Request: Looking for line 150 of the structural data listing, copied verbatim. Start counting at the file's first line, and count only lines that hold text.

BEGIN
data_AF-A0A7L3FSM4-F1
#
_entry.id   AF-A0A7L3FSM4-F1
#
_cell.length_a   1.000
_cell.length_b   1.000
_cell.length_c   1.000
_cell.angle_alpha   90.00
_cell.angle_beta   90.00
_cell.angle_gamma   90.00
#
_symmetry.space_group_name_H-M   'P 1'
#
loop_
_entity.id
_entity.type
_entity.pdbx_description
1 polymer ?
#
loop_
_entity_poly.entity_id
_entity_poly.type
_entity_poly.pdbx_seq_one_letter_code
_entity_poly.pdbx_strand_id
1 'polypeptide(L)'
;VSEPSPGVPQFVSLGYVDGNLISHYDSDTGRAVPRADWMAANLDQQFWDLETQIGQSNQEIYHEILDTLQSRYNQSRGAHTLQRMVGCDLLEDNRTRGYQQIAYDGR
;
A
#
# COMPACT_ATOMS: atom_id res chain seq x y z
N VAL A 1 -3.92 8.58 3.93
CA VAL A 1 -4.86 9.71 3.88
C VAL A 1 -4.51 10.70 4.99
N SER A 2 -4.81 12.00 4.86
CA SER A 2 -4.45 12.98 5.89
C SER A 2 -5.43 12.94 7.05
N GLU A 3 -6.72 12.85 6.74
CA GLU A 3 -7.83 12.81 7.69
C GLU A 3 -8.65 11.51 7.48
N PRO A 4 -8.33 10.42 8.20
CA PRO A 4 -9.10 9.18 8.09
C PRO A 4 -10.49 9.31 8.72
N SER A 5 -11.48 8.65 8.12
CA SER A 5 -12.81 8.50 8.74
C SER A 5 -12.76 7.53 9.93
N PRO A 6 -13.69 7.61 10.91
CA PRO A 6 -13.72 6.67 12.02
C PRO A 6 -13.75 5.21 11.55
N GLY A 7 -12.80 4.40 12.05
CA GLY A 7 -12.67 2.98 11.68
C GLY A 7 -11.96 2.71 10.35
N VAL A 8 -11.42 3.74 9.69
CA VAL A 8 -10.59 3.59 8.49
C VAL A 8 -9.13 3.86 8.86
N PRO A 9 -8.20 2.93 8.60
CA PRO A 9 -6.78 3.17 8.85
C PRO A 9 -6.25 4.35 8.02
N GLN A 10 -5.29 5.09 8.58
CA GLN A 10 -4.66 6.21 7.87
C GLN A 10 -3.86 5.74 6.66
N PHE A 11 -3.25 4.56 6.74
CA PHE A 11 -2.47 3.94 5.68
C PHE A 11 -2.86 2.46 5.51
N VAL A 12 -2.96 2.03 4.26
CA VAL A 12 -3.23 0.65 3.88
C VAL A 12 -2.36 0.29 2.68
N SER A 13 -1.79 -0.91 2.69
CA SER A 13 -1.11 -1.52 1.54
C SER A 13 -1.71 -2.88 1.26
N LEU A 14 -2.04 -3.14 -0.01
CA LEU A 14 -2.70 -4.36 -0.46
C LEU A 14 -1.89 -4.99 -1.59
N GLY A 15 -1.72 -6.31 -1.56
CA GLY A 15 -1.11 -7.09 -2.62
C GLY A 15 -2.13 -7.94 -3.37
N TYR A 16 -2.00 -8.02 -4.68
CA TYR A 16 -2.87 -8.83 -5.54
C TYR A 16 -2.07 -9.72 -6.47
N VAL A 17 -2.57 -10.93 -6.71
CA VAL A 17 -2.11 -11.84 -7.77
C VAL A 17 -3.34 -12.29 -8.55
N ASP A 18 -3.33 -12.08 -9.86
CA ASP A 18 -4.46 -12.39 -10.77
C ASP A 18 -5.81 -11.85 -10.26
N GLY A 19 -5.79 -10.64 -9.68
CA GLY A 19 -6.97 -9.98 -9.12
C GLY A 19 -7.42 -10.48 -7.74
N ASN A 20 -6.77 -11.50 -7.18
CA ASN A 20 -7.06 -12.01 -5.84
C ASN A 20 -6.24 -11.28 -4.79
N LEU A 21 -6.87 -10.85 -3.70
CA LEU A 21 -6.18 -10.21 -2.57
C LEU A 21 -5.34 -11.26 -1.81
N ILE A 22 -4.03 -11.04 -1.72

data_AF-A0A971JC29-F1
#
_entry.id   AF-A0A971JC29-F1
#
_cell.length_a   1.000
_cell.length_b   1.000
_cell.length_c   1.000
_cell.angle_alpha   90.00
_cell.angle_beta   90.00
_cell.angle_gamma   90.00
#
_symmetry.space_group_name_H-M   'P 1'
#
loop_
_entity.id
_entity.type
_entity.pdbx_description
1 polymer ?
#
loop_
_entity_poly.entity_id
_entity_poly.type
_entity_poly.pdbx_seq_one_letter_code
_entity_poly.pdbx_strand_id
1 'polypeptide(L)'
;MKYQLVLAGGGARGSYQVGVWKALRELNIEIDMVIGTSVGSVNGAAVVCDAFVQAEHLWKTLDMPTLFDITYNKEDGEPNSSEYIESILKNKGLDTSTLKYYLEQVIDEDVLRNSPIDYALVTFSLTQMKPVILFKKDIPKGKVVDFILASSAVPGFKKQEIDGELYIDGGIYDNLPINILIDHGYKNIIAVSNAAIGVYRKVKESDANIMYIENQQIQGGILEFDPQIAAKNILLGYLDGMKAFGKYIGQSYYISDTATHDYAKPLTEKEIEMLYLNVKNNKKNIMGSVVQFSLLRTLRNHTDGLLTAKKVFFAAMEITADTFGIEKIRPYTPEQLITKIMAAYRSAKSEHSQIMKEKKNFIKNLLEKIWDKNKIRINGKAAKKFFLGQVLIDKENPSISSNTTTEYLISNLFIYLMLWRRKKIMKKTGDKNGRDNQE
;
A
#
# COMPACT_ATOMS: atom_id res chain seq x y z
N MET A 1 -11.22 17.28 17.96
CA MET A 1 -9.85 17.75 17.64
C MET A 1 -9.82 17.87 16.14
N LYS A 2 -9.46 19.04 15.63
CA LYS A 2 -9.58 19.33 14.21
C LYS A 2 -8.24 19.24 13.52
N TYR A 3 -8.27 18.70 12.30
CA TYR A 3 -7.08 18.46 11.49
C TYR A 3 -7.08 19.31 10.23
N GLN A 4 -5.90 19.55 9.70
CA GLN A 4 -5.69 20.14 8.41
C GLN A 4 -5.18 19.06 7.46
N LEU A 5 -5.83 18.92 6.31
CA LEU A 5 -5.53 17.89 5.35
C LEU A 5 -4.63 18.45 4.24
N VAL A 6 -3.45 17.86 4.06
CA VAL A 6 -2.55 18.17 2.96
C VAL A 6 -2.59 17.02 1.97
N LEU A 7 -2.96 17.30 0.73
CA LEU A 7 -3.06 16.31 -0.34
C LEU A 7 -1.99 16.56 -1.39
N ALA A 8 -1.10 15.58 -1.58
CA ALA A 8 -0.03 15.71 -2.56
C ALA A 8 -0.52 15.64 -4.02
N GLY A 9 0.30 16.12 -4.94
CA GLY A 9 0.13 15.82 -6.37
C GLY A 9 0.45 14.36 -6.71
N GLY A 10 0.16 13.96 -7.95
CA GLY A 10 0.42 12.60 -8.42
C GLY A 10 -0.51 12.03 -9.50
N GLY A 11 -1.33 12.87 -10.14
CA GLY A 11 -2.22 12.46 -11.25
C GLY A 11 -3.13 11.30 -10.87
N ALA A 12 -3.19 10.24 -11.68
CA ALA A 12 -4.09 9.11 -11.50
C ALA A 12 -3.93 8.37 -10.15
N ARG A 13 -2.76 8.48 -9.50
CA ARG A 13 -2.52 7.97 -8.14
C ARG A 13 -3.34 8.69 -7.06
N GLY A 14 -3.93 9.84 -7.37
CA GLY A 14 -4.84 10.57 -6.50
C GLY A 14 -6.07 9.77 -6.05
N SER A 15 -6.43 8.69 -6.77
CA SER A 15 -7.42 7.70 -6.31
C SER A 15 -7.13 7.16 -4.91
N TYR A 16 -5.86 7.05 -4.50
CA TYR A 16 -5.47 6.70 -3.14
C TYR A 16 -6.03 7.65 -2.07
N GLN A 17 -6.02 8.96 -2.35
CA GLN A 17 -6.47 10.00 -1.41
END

CA GLY A 9 0.13 15.82 -6.37